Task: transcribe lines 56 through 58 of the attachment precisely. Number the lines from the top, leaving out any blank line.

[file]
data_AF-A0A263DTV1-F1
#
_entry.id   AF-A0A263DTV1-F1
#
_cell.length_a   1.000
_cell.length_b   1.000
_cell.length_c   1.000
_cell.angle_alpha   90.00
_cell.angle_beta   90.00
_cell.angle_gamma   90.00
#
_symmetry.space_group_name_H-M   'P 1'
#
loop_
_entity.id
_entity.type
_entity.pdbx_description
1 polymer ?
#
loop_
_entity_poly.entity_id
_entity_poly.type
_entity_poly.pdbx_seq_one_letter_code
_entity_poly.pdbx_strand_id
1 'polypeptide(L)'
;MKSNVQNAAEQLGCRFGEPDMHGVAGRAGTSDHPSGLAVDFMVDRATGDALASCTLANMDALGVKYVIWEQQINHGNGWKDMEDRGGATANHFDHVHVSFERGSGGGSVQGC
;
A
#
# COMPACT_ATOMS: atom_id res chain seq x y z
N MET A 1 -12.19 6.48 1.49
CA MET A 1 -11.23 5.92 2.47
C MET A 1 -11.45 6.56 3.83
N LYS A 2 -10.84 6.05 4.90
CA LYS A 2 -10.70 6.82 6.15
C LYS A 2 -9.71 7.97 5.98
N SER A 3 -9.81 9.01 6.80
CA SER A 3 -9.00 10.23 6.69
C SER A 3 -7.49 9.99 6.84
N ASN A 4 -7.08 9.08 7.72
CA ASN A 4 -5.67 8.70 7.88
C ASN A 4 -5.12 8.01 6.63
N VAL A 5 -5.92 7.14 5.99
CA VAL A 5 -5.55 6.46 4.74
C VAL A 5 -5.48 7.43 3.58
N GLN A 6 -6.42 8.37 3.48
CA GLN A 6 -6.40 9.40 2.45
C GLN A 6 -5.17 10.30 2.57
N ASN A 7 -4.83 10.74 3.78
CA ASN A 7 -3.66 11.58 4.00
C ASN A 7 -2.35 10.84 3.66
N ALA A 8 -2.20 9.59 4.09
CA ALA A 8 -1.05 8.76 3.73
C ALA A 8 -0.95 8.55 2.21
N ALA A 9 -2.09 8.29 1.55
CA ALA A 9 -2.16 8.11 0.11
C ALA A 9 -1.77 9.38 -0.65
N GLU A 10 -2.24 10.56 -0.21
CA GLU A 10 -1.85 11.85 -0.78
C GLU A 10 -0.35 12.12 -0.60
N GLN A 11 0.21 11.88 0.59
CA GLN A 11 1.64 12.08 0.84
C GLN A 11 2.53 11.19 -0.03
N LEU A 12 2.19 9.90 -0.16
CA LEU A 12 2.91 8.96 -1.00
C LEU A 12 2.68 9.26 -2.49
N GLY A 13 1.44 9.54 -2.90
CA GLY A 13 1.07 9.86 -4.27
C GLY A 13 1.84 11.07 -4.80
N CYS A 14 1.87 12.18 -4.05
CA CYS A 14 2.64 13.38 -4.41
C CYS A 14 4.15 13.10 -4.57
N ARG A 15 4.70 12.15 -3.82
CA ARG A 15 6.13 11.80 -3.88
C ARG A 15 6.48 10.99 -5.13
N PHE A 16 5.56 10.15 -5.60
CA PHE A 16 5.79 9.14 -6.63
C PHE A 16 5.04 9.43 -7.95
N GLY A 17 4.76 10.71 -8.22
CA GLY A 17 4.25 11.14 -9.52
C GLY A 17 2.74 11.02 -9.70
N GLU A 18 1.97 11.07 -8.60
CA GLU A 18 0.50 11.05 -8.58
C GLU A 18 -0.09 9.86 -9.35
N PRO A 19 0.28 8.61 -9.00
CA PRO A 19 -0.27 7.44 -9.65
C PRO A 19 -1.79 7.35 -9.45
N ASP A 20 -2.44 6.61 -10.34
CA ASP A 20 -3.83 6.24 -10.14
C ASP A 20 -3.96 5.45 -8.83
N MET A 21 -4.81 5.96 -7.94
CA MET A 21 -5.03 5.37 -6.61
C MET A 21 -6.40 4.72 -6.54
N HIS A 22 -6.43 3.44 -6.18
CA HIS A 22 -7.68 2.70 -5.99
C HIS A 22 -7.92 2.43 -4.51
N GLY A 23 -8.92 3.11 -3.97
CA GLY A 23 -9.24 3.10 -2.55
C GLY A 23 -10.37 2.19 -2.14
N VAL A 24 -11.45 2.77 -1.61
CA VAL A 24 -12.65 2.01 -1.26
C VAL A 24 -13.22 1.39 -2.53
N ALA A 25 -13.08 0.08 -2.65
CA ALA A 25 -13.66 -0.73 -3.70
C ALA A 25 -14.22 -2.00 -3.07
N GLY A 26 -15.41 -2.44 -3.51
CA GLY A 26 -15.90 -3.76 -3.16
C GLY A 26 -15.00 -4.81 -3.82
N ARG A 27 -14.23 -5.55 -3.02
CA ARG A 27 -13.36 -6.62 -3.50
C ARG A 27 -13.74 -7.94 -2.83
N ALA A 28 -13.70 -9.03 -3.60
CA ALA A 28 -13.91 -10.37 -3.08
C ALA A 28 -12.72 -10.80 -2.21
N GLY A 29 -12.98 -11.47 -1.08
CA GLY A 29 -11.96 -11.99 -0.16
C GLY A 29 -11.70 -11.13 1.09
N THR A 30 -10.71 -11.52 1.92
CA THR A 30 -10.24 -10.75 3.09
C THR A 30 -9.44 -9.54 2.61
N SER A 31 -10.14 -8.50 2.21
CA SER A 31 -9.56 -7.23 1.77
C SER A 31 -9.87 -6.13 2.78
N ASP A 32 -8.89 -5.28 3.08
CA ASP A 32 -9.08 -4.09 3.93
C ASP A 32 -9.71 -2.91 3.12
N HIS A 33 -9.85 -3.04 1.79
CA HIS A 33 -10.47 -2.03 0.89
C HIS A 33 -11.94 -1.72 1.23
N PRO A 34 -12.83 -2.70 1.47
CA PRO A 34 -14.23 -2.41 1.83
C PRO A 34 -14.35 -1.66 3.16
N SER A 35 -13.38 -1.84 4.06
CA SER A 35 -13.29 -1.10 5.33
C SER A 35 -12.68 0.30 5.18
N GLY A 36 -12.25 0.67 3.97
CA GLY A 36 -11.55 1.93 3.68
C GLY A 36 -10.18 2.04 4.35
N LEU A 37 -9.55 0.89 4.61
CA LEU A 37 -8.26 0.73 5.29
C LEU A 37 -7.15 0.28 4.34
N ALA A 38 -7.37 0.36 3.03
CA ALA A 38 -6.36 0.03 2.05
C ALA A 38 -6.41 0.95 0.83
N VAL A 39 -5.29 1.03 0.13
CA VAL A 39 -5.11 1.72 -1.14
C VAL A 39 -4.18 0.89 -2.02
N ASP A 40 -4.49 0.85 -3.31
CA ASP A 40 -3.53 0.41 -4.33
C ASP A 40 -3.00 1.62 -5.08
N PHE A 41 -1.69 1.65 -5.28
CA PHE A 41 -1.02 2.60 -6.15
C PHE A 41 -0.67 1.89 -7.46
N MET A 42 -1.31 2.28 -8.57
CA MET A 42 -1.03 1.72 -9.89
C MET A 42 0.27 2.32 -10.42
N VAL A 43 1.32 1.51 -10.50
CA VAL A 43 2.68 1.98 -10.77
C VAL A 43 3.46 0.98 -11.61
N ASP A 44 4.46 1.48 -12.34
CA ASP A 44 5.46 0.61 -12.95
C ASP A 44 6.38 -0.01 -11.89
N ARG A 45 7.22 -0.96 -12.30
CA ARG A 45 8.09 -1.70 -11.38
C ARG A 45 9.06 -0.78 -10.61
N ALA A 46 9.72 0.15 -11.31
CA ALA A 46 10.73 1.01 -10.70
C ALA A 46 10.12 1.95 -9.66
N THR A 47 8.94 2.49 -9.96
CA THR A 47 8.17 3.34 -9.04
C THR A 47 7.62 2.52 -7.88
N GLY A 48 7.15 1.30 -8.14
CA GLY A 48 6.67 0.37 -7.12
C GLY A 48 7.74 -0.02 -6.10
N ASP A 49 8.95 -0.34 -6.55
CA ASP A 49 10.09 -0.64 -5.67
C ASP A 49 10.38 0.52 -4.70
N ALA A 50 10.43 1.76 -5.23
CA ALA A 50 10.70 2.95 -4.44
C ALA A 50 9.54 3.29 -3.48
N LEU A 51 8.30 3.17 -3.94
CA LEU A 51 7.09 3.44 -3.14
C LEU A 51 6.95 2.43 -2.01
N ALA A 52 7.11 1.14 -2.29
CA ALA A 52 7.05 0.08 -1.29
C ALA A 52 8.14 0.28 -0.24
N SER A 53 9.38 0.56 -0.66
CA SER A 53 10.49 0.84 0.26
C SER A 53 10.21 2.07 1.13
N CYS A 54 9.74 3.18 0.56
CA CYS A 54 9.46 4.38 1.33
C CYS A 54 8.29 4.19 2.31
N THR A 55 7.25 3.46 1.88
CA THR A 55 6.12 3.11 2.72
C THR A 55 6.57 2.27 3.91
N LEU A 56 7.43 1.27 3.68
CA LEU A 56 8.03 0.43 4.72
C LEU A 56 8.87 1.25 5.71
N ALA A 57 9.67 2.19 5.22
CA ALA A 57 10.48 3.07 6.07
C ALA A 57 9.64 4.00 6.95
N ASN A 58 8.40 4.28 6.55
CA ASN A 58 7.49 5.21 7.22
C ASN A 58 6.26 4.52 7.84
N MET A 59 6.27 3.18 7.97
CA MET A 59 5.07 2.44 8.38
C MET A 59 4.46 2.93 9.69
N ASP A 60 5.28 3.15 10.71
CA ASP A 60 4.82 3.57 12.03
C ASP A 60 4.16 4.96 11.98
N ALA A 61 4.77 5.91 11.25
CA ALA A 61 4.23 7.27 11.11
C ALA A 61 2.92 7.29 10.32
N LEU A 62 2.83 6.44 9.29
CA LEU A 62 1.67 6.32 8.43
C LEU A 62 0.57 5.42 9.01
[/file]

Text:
CA ALA A 9 -2.16 8.11 0.11
C ALA A 9 -1.77 9.38 -0.65
N GLU A 10 -2.24 10.56 -0.21